Recent events make more likely a "soft" Emu incorporating Spain and Italy. But this will make it more vulnerable to currency speculation during the transitional period 1999-2001by Walter Eltis / July 20, 1997 / Leave a comment
The political turmoil surrounding European monetary union-following the victory of the French socialists and Chancellor Kohl’s rebuff from the Bundesbank-makes all prediction about the future of Emu dangerous. But whether the destination is a hard or a soft euro, the political will to start on time remains overwhelming. As has been pointed out before, Emu is primarily a political project. It has survived the covert undermining of the Maastricht criteria (through various forms of creative accounting) and it will now probably withstand the overt undermining of the criteria. Dominique Strauss-Kahn, the French finance minister, has already called Maastricht’s 3 per cent budget deficit limit “a bit ridiculous.” And it is hard to see how either France or Germany can now qualify for Emu under the original terms.
This laying bare of the political heart of Emu should not, however, preclude drawing attention to some of the practical difficulties for the three year transitional period (1st January 1999 to 31st December 2001) during which the Emu member currencies will be “irrevocably” fixed against one another but still remain legal tender. Indeed, the further politicisation of Emu may make it economically unsustainable during this transitional period.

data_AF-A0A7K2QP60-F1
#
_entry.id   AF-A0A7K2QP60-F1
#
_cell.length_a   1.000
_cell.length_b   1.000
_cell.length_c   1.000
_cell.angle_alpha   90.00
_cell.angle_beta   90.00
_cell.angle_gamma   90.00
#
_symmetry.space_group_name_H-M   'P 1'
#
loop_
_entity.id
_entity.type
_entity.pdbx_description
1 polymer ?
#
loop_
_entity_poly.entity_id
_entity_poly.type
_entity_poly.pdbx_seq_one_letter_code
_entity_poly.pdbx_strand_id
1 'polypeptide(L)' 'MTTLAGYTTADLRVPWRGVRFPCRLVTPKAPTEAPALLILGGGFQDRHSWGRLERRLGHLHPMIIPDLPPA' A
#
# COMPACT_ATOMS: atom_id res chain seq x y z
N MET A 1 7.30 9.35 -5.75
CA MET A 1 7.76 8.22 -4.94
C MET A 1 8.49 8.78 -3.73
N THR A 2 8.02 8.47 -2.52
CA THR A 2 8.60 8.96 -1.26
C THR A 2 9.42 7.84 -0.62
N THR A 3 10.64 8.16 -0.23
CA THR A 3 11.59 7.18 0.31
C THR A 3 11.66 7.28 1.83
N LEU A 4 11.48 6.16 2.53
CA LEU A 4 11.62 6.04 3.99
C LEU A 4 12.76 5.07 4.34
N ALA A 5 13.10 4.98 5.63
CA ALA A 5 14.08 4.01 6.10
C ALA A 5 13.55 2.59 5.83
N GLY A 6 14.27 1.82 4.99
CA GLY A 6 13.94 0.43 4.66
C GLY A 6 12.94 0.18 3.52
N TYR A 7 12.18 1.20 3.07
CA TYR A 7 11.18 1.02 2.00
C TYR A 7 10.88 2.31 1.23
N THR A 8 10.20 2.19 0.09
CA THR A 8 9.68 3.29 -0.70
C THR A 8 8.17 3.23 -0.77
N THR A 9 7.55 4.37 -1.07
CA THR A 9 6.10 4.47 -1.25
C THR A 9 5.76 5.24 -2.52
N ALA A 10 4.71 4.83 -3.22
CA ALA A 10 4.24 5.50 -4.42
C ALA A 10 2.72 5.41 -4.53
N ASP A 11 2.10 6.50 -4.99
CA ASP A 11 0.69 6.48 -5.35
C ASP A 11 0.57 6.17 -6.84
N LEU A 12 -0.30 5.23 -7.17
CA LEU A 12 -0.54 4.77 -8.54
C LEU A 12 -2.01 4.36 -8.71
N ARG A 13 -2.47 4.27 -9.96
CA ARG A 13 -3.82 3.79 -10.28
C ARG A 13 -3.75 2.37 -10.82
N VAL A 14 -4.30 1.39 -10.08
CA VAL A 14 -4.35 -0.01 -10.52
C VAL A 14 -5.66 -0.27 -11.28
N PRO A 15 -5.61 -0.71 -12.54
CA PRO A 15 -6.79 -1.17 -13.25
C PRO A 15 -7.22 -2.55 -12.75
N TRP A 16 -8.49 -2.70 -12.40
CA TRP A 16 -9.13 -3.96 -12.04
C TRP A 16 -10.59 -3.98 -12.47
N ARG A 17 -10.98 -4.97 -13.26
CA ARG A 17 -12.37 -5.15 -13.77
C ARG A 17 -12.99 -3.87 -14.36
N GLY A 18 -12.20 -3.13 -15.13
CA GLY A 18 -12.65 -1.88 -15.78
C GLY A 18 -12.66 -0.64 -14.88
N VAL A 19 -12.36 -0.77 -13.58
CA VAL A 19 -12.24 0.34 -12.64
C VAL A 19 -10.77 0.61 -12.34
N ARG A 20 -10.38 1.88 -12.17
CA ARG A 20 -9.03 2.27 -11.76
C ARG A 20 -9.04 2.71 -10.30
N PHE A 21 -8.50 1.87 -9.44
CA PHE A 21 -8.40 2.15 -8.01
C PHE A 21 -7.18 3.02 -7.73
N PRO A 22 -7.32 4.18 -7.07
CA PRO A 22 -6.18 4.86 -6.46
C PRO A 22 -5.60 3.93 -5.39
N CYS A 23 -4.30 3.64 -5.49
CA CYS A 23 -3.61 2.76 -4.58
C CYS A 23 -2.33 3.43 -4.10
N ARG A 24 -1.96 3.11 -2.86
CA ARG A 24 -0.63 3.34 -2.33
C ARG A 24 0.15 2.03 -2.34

A broad Emu, which is likely to include some of Europe’s most financially vulnerable economies, will generate some furious political rows at the European central bank. Some of the weaker economies are likely to find their definitively fixed exchange rates unsustainably high and will start to run large budget deficits, crowding-in resources from others with sounder finance.
The financial markets will be watching all this very closely. In theory, Emu cannot be broken by speculators between 1999 and 2002 because each national cur-rency will be an irrevocable part of the euro-a euro-DM, a euro-lira, a euro-peseta and so on. But those who hold lira denominated bonds (and Italy’s debt to GDP ratio is more than twice Maastricht’s permitted 60 per cent so there are plenty of them) may well prefer to switch to euro-DMs, just in case of a breakdown. Again, in theory this should cause no difficulty. If savers prefer to hold euro-DMs to euro-liras or euro-pesetas, the Bundesbank is obliged under the Maastricht treaty to simply print more Deutschmarks.
If the Bundesbank is willing to be an unlimited buyer of liras or pesetas and issuer of Deutschmarks, then the irrevocably fixed exchange rate will be sustained. All the liras and pesetas and Deutschmarks…